Get yourself a speaker bag/kit
I have a speaker bag, it contains everything I need to talk pretty much anywhere. In this bag I keep the following:

  1. A stack of business cards. So important
  2. Laser pointer/clicker
  3. An AV converter – VGA/HDMI etc. Conferences will not supply this for you. Best grab one for your kit.
  4. A multi-usb extender & A LAN to USB convertor
  5. Multiple board markers in different colours – That work and are tested!
  6. Wi-Fi extender – Assume the wi-fi is bad wherever you’re talking.
  7. A flash drive with backups of all my sessions, demos with every version of the tools I am using.
  8. More pens than anyone ever needs.
  9. A mouse.
  10. Batteries for all devices
  11. A switch-blade beard comb – To look sharp.

I keep this bag organised, so I know that when I arrive at any venue I have all my gear sorted, tested and working.

Attend other sessions
Attend sessions by people you aspire to be like. See how they act and present. Try to mirror their technique. Read about good technique, more importantly read about bad technique. There are many presentation anti-patterns. Over the last few years I have done most of them, trying to be funny was mine – It just diluted the content.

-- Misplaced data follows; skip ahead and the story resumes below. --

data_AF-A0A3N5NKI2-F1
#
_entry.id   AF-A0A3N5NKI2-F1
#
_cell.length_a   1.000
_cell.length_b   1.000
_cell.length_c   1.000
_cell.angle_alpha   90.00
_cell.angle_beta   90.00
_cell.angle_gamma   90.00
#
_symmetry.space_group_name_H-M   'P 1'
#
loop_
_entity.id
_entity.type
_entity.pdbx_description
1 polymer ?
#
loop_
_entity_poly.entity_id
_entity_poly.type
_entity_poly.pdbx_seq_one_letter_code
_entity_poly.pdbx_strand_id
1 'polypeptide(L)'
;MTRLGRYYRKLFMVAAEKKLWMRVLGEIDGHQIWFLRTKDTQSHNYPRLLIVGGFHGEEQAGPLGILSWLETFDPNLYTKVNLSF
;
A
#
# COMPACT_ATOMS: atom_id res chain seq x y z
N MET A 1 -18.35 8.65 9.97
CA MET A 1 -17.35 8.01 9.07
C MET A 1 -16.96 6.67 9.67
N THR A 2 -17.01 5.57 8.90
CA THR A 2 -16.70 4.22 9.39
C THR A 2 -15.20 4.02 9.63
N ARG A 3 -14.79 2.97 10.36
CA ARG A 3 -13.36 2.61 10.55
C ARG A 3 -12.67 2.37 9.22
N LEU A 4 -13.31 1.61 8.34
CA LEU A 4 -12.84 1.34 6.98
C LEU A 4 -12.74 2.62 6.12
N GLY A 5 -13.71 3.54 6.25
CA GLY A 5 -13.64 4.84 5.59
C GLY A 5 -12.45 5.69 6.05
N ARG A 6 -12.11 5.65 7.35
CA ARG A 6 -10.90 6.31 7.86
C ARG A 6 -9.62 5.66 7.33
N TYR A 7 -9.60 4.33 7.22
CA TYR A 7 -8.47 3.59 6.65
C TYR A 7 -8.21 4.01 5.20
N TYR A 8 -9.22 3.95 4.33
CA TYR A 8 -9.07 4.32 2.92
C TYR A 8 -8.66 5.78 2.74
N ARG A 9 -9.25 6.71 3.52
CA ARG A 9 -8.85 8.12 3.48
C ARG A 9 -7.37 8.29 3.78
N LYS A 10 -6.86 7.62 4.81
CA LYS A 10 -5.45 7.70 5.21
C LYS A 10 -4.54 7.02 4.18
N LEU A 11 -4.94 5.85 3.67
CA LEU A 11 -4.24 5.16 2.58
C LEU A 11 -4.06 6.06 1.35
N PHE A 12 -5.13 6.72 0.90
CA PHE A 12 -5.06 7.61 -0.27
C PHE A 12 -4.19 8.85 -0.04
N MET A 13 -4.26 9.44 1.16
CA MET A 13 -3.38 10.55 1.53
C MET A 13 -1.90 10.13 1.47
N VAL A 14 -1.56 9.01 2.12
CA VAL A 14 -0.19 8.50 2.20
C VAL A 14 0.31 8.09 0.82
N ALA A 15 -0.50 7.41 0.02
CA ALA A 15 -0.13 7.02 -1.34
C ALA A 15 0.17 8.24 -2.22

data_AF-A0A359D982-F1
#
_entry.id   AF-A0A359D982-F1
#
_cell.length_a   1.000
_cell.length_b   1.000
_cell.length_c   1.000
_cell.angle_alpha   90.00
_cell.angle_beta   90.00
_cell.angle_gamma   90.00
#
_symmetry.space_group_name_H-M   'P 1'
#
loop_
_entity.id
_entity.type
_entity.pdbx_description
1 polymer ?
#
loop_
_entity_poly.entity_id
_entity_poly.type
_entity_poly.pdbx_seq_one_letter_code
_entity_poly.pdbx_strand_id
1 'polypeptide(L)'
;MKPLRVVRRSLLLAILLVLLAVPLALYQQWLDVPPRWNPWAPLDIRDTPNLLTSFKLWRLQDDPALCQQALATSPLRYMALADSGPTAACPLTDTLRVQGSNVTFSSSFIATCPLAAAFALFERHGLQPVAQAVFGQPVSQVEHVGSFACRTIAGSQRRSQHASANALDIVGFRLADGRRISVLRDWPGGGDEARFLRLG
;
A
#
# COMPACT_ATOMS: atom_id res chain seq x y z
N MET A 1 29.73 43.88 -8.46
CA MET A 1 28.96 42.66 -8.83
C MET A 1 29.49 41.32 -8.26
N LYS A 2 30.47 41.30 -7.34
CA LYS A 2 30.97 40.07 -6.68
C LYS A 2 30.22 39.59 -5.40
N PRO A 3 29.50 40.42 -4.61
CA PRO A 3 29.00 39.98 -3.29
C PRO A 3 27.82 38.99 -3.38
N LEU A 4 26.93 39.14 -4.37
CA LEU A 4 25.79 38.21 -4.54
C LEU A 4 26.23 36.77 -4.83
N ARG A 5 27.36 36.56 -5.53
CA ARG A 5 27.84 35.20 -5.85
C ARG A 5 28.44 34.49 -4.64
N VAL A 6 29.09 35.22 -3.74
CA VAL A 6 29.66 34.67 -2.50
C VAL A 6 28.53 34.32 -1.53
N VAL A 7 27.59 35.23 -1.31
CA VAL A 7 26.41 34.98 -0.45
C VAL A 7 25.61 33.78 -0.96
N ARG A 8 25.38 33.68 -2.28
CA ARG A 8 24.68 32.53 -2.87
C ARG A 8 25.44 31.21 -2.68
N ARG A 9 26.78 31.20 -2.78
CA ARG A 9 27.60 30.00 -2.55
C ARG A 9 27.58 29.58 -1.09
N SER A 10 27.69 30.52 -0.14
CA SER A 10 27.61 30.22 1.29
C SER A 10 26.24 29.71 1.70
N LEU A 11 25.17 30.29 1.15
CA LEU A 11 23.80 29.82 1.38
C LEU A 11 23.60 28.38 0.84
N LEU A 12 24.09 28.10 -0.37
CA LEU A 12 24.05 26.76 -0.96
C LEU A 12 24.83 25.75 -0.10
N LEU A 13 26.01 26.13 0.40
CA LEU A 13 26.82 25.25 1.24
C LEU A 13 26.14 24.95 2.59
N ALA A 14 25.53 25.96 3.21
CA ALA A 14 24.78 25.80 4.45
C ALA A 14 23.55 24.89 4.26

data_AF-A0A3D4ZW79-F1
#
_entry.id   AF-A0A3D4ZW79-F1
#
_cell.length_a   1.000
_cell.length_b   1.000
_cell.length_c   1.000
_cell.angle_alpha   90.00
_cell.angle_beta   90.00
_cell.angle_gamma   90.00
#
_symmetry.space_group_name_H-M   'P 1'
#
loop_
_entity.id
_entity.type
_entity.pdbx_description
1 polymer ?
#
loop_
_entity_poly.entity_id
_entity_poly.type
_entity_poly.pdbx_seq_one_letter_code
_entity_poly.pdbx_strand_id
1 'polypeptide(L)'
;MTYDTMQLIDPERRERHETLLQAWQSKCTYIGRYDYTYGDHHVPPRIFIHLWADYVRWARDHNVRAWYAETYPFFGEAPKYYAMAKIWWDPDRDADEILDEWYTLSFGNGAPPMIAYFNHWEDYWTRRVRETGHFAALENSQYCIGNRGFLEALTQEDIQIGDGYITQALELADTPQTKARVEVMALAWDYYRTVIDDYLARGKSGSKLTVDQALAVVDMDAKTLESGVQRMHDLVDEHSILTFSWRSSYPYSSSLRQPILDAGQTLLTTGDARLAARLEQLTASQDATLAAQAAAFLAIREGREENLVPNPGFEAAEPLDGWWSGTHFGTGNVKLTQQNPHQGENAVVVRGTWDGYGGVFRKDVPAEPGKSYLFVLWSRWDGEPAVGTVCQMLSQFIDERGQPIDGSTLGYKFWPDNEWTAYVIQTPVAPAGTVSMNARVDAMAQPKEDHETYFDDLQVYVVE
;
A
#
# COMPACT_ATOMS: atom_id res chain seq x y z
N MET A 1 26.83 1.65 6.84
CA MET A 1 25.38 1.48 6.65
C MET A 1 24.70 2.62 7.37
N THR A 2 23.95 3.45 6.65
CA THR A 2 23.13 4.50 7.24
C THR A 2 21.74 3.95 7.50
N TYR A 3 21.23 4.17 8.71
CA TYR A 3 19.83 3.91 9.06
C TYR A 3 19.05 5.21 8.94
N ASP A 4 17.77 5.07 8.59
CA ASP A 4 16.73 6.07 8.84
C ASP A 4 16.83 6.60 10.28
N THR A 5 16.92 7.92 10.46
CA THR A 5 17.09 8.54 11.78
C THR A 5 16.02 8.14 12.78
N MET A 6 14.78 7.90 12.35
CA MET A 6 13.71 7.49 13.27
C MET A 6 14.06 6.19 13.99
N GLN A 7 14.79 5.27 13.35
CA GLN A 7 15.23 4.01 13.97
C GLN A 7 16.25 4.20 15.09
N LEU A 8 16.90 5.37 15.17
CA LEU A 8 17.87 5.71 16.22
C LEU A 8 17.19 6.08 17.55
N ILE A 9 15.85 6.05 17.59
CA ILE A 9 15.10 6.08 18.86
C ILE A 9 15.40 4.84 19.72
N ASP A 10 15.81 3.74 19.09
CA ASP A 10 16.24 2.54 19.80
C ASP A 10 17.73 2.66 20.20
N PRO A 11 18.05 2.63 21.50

Talk to your audience
If you can involve the audience. Ask them how they are doing, why there are here. See if they have used the tech you’re talking about. Welcome audience participation. Set a precedence that questions are encouraged.

Ask for feedback
Then learn from it.

Enjoy it!

Speaking in front of rooms of people is nerve-wracking. Learn to enjoy it, slow down – It might seem like you’re taking massive pauses, trust me, you’re not. Give yourself time to think and enjoy it.

If you want support but you don’t know who to ask. I recommend that you talk to speaking mentors. Or give me a shout. I would love to help.